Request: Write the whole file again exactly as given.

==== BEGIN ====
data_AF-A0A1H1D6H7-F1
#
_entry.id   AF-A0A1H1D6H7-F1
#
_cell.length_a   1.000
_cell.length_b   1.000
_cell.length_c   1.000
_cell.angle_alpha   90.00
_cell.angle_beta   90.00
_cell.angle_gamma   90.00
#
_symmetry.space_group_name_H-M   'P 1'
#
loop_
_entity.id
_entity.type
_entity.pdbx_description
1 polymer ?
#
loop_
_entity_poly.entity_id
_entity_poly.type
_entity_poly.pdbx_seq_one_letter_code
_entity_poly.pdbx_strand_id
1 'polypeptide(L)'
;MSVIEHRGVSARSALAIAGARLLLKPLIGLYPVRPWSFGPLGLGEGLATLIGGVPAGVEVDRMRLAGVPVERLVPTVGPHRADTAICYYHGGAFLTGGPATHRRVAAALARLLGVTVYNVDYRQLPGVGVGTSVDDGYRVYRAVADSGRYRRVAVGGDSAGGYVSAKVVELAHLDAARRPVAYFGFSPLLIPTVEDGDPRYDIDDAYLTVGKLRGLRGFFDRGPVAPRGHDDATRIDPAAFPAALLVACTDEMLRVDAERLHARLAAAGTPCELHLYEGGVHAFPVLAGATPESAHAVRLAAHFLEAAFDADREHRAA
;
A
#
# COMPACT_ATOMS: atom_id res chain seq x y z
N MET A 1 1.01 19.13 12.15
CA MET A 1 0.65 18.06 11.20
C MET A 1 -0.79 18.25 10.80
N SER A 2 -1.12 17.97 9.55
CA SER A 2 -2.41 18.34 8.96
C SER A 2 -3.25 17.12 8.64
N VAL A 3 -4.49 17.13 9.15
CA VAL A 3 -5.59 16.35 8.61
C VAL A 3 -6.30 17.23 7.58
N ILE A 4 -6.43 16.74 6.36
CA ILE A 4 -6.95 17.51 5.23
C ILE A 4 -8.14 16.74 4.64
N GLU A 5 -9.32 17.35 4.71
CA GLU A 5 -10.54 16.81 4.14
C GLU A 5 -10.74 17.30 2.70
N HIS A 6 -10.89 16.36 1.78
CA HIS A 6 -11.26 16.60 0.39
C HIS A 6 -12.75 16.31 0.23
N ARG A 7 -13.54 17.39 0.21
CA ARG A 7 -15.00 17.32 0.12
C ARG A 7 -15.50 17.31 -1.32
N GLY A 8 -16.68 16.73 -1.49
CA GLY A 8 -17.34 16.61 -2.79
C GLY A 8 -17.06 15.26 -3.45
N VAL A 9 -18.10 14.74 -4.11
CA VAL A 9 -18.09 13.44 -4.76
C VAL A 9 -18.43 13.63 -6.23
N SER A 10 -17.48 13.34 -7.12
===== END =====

data_AF-A0A1H1D6H7-F1
#
_entry.id   AF-A0A1H1D6H7-F1
#
_cell.length_a   1.000
_cell.length_b   1.000
_cell.length_c   1.000
_cell.angle_alpha   90.00
_cell.angle_beta   90.00
_cell.angle_gamma   90.00
#
_symmetry.space_group_name_H-M   'P 1'
#
loop_
_entity.id
_entity.type
_entity.pdbx_description
1 polymer ?
#
loop_
_entity_poly.entity_id
_entity_poly.type
_entity_poly.pdbx_seq_one_letter_code
_entity_poly.pdbx_strand_id
1 'polypeptide(L)'
;MSVIEHRGVSARSALAIAGARLLLKPLIGLYPVRPWSFGPLGLGEGLATLIGGVPAGVEVDRMRLAGVPVERLVPTVGPHRADTAICYYHGGAFLTGGPATHRRVAAALARLLGVTVYNVDYRQLPGVGVGTSVDDGYRVYRAVADSGRYRRVAVGGDSAGGYVSAKVVELAHLDAARRPVAYFGFSPLLIPTVEDGDPRYDIDDAYLTVGKLRGLRGFFDRGPVAPRGHDDATRIDPAAFPAALLVACTDEMLRVDAERLHARLAAAGTPCELHLYEGGVHAFPVLAGATPESAHAVRLAAHFLEAAFDADREHRAA
;
A
#
# COMPACT_ATOMS: atom_id res chain seq x y z
N MET A 1 1.01 19.13 12.15
CA MET A 1 0.65 18.06 11.20
C MET A 1 -0.79 18.25 10.80
N SER A 2 -1.12 17.97 9.55
CA SER A 2 -2.41 18.34 8.96
C SER A 2 -3.25 17.12 8.64
N VAL A 3 -4.49 17.13 9.15
CA VAL A 3 -5.59 16.35 8.61
C VAL A 3 -6.30 17.23 7.58
N ILE A 4 -6.43 16.74 6.36
CA ILE A 4 -6.95 17.51 5.23
C ILE A 4 -8.14 16.74 4.64
N GLU A 5 -9.32 17.35 4.71
CA GLU A 5 -10.54 16.81 4.14
C GLU A 5 -10.74 17.30 2.70
N HIS A 6 -10.89 16.36 1.78
CA HIS A 6 -11.26 16.60 0.39
C HIS A 6 -12.75 16.31 0.23
N ARG A 7 -13.54 17.39 0.21
CA ARG A 7 -15.00 17.32 0.12
C ARG A 7 -15.50 17.31 -1.32
N GLY A 8 -16.68 16.73 -1.49
CA GLY A 8 -17.34 16.61 -2.79
C GLY A 8 -17.06 15.26 -3.45
N VAL A 9 -18.10 14.74 -4.11
CA VAL A 9 -18.09 13.44 -4.76
C VAL A 9 -18.43 13.63 -6.23
N SER A 10 -17.48 13.34 -7.12